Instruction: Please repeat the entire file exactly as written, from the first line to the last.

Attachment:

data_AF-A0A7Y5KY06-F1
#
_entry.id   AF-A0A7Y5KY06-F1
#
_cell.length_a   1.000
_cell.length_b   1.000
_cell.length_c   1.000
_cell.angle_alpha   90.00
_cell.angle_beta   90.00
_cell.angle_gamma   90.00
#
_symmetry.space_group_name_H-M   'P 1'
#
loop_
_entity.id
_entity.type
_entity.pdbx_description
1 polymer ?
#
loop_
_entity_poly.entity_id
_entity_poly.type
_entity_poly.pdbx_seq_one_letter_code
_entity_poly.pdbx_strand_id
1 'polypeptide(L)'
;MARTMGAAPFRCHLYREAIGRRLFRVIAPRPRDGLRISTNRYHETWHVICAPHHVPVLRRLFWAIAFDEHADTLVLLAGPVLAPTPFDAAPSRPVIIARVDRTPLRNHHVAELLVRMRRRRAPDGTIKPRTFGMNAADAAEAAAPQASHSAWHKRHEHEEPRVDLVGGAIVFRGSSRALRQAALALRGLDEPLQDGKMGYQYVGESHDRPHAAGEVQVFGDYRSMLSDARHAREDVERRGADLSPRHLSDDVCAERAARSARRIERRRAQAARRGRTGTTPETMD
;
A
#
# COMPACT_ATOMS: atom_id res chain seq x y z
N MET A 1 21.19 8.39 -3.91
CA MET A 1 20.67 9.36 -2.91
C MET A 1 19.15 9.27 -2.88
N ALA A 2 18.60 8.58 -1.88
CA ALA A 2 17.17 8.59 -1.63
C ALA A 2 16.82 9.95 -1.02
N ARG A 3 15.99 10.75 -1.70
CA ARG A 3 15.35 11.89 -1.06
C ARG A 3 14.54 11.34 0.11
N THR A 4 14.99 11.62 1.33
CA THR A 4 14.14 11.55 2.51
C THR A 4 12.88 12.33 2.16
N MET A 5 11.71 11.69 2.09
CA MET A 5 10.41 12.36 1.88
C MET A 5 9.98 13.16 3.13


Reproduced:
data_AF-A0A7Y5KY06-F1
#
_entry.id   AF-A0A7Y5KY06-F1
#
_cell.length_a   1.000
_cell.length_b   1.000
_cell.length_c   1.000
_cell.angle_alpha   90.00
_cell.angle_beta   90.00
_cell.angle_gamma   90.00
#
_symmetry.space_group_name_H-M   'P 1'
#
loop_
_entity.id
_entity.type
_entity.pdbx_description
1 polymer ?
#
loop_
_entity_poly.entity_id
_entity_poly.type
_entity_poly.pdbx_seq_one_letter_code
_entity_poly.pdbx_strand_id
1 'polypeptide(L)'
;MARTMGAAPFRCHLYREAIGRRLFRVIAPRPRDGLRISTNRYHETWHVICAPHHVPVLRRLFWAIAFDEHADTLVLLAGPVLAPTPFDAAPSRPVIIARVDRTPLRNHHVAELLVRMRRRRAPDGTIKPRTFGMNAADAAEAAAPQASHSAWHKRHEHEEPRVDLVGGAIVFRGSSRALRQAALALRGLDEPLQDGKMGYQYVGESHDRPHAAGEVQVFGDYRSMLSDARHAREDVERRGADLSPRHLSDDVCAERAARSARRIERRRAQAARRGRTGTTPETMD
;
A
#
# COMPACT_ATOMS: atom_id res chain seq x y z
N MET A 1 21.19 8.39 -3.91
CA MET A 1 20.67 9.36 -2.91
C MET A 1 19.15 9.27 -2.88
N ALA A 2 18.60 8.58 -1.88
CA ALA A 2 17.17 8.59 -1.63
C ALA A 2 16.82 9.95 -1.02
N ARG A 3 15.99 10.75 -1.70
CA ARG A 3 15.35 11.89 -1.06
C ARG A 3 14.54 11.34 0.11
N THR A 4 14.99 11.62 1.33
CA THR A 4 14.14 11.55 2.51
C THR A 4 12.88 12.33 2.16
N MET A 5 11.71 11.69 2.09
CA MET A 5 10.41 12.36 1.88
C MET A 5 9.98 13.16 3.13